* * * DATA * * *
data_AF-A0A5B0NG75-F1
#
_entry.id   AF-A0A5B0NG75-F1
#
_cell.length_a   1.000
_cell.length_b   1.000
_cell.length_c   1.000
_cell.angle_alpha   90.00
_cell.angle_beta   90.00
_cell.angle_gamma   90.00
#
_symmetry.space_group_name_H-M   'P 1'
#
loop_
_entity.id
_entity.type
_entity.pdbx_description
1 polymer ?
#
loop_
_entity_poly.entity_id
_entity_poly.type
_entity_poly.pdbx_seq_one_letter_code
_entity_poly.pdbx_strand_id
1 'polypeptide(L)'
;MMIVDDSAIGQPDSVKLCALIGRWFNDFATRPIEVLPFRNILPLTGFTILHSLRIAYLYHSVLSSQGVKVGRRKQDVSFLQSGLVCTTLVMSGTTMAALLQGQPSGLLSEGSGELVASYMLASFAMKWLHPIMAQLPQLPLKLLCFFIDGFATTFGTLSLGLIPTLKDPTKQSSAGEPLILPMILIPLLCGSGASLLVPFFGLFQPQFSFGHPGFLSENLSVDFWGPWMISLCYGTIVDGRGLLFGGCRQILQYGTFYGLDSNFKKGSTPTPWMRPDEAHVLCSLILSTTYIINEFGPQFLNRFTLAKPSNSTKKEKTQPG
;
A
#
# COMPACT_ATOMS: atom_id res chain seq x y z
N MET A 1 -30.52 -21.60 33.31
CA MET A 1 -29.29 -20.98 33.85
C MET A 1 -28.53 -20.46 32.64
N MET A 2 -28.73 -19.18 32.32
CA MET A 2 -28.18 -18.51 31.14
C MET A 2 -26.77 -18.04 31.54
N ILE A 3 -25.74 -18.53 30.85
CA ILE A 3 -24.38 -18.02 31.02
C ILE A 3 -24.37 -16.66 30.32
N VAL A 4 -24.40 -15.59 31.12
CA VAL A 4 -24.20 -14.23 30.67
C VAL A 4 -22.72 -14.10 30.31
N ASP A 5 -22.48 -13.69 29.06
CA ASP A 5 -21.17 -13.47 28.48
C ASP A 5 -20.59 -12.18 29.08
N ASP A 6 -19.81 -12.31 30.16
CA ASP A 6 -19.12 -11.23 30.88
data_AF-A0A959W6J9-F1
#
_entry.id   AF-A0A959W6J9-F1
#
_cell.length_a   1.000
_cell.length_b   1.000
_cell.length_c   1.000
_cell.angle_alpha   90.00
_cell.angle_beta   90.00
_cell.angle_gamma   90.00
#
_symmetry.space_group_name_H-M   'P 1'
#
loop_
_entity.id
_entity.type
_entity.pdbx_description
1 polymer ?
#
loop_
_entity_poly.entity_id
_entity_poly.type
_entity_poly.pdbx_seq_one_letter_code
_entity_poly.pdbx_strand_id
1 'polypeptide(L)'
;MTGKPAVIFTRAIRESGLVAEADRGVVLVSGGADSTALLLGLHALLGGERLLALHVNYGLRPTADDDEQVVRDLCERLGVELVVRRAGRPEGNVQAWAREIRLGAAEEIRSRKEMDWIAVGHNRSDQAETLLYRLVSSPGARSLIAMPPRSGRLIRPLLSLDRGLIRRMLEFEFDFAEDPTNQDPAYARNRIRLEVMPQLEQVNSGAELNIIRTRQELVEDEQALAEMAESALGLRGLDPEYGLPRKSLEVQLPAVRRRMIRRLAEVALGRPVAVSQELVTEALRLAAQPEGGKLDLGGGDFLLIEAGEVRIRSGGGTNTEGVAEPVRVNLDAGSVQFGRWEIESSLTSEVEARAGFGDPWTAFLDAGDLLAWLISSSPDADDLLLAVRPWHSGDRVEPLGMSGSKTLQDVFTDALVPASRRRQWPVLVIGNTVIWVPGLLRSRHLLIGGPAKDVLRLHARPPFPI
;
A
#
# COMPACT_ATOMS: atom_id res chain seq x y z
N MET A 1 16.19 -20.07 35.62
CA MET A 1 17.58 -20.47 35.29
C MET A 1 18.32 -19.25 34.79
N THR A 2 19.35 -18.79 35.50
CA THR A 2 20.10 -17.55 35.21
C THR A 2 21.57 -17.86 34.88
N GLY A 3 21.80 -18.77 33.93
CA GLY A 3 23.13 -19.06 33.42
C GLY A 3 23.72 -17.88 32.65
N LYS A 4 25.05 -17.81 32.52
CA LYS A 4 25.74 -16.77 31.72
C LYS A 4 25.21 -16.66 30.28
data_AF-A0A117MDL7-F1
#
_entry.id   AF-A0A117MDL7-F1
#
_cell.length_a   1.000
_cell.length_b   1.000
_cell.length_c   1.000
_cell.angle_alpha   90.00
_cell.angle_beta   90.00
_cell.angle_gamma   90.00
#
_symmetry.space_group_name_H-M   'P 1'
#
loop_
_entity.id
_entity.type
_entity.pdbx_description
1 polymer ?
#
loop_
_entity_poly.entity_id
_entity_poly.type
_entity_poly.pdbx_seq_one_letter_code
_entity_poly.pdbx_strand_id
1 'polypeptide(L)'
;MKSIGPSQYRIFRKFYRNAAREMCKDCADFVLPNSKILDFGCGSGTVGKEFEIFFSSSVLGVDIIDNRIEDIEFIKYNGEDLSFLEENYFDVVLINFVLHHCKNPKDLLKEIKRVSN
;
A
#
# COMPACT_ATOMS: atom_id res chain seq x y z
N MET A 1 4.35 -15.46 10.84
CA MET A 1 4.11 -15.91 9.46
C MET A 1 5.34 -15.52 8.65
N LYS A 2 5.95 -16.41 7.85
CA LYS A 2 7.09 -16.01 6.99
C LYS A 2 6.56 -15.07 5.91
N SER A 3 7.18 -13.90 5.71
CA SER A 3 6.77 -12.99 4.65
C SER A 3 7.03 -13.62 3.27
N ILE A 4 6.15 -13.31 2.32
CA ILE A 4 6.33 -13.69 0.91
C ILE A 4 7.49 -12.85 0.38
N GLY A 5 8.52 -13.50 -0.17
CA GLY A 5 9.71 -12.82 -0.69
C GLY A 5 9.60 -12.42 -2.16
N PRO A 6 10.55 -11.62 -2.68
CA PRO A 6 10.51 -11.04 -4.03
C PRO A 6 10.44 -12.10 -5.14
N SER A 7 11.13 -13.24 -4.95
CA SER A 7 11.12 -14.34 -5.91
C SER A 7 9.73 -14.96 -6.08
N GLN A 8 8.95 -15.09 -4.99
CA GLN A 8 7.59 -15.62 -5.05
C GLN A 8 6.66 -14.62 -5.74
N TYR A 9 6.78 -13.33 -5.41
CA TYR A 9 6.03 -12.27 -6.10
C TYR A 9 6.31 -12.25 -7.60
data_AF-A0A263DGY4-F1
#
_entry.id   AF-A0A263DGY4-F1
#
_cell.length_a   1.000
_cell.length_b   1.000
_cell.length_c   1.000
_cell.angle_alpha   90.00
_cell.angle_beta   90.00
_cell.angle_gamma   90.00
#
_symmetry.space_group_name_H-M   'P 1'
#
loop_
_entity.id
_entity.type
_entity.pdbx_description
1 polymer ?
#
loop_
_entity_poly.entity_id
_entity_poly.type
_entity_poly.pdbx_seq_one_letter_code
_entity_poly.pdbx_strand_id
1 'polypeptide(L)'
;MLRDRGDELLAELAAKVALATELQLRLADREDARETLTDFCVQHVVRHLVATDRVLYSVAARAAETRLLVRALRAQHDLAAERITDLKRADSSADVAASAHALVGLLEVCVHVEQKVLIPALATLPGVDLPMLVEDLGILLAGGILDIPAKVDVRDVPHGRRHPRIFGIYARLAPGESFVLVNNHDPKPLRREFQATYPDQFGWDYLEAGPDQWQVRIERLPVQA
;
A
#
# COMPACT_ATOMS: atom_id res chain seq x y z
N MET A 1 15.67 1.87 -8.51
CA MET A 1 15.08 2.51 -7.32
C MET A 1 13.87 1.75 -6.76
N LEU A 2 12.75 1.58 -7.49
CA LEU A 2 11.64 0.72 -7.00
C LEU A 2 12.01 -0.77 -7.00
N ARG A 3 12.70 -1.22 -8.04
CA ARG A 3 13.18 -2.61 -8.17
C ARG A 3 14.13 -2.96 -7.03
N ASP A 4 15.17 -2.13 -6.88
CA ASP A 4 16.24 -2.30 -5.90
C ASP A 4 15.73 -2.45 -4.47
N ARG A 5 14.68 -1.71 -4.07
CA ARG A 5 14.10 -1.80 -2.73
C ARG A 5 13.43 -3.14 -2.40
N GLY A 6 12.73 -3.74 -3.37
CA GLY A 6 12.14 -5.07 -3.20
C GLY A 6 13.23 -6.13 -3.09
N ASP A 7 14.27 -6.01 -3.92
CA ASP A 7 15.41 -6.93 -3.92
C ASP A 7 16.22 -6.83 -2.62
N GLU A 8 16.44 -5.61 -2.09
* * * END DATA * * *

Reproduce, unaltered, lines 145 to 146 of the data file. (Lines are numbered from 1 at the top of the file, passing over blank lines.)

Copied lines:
CA TYR A 9 6.03 -12.27 -6.10
C TYR A 9 6.31 -12.25 -7.60